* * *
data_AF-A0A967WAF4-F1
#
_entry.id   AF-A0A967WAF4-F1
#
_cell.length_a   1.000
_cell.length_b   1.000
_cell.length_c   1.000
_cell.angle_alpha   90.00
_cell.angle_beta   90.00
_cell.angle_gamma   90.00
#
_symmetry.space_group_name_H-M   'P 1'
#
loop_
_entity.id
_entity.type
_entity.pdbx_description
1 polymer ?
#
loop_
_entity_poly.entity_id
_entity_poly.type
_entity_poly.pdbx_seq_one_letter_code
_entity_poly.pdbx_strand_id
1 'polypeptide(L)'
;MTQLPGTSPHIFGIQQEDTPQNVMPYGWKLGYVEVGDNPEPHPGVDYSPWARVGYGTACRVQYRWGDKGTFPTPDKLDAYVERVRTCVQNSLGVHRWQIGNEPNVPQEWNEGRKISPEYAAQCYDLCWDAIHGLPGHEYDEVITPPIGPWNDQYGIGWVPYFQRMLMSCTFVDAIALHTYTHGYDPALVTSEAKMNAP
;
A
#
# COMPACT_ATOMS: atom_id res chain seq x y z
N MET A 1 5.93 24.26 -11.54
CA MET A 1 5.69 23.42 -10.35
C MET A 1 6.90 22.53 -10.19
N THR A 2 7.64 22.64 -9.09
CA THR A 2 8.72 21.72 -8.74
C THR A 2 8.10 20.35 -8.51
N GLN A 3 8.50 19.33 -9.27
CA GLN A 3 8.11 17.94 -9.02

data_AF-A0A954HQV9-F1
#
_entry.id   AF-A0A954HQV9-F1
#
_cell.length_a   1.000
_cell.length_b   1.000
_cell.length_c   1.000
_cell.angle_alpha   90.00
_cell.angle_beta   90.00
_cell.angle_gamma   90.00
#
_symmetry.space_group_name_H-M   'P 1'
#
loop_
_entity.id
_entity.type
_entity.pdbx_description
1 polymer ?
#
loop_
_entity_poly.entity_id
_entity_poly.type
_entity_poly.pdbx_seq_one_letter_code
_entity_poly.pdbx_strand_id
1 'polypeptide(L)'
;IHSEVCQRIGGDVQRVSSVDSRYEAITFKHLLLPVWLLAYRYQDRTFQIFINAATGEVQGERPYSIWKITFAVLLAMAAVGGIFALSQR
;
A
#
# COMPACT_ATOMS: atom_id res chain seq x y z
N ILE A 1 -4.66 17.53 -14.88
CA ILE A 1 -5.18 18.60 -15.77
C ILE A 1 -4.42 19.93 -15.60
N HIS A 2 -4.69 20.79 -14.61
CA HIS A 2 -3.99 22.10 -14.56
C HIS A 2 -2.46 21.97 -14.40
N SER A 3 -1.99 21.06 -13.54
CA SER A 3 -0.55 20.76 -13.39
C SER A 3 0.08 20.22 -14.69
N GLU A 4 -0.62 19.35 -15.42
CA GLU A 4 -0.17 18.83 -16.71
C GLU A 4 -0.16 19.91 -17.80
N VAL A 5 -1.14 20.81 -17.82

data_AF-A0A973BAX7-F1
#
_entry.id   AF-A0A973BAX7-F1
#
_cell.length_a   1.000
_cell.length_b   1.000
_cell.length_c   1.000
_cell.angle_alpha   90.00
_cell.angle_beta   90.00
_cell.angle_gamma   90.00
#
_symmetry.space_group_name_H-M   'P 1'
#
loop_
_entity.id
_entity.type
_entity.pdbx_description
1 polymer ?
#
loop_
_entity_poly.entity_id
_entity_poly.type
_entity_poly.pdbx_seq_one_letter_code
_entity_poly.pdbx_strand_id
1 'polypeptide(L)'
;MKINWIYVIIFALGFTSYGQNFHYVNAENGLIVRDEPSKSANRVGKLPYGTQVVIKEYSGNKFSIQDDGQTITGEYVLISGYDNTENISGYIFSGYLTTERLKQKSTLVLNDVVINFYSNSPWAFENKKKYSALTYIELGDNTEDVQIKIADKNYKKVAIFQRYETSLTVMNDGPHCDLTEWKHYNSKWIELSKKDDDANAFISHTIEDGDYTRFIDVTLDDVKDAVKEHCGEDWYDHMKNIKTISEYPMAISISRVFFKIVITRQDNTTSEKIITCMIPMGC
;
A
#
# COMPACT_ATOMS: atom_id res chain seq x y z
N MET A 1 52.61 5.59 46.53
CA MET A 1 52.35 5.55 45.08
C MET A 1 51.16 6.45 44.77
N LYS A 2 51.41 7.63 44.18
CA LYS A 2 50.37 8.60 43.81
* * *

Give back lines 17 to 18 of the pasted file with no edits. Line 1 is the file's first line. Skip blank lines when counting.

_entity.pdbx_description
1 polymer ?